One important avenue for influencing others toward God is the good deeds we do. Jesus’ teaching in Matthew 5:13-16 gives us some helpful insight about this.
Twice in this passage Jesus uses the words, “You are.” The wording of the original text places some emphasis on the word “you.” That indicates the teaching here applies to his disciples in distinction to others. And the idea that “you are” salt or light shows that Jesus is thinking not merely of our deeds but our being or character. Influencing others is a matter not only of what we do but what we are.
In context, the being or character Jesus is referring to is described in the section that immediately proceeds, the beatitudes (Matthew 5:3-12). There Jesus teaches that a certain kind of person is to be considered blessed or fortunate, and it is not the sort of person society would naturally think of. People who are humble, tender-hearted, meek, yearn to be right with God, merciful, pure in heart, seek peace with others, and live right in spite of the consequences are pleasing to God and highly regarded by him. Even if I missed the exact nuance of some of the beatitudes it is clear that the general idea is humble people who sincerely seek God.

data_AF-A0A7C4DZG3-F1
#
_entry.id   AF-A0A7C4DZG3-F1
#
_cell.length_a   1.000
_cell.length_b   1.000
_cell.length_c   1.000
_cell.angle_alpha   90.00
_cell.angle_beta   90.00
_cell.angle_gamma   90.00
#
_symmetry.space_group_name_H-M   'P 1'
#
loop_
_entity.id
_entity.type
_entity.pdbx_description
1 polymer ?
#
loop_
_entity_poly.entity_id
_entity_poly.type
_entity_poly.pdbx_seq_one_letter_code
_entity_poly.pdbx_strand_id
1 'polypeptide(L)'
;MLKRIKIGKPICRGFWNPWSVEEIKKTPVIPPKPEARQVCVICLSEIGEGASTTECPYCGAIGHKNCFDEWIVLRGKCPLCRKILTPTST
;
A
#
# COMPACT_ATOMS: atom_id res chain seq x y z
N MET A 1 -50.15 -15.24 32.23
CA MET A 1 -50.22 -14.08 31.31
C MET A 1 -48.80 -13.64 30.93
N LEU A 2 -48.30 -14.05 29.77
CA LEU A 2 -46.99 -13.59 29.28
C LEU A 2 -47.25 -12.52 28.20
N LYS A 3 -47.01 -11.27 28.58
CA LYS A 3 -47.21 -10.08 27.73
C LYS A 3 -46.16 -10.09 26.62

Jesus says people with such authentic character are salt and light. Both of these have the ability to “influence” what is around them. Both are also “of the earth” or “of the world,” that is, they are different from the world but have the ability to provide something helpful to the world.
It’s difficult to know the exact nuance of Jesus’ reference to salt, and many ideas have been proposed. One that makes good sense to me keys off of “loses its saltiness.” The underlying word means to become insipid or tasteless. Being salt suggests that, in contrast to a dull, insipid or tasteless way of life, Christ-followers add flavor or quality to life. What we have gained from Christ can rub off on others in a positive way that is like adding salt to food that is otherwise flat. The rest of the teaching about salt emphasizes the need to hold on to our distinctive character. It is imperative that we not compromise who and what we are.
The reference to light seems clearer. Light enlightens people. It reveals things. It shows the way. The rest of the teaching about light emphasizes the need to let our lights shine and influence others toward God. Jesus’ words show that people who are light will also do good deeds (v. 16). Being leads to doing. His words also point out the need to shine our light properly. It also matters how we do those good deeds.
The little word “that” (hopos) (v. 16) is not the usual word for expressing a result nor the one for expressing a purpose, although it does sometimes indicate purpose. But the word can also indicate manner—“how, in what way, in what manner or by what means.” This meaning is reflected in the NASB: “Your light must shine before people in such a way that they may see your good works, and glorify your father in heaven.” There is definitely a right and wrong manner for doing good deeds. It matters how you shine your light.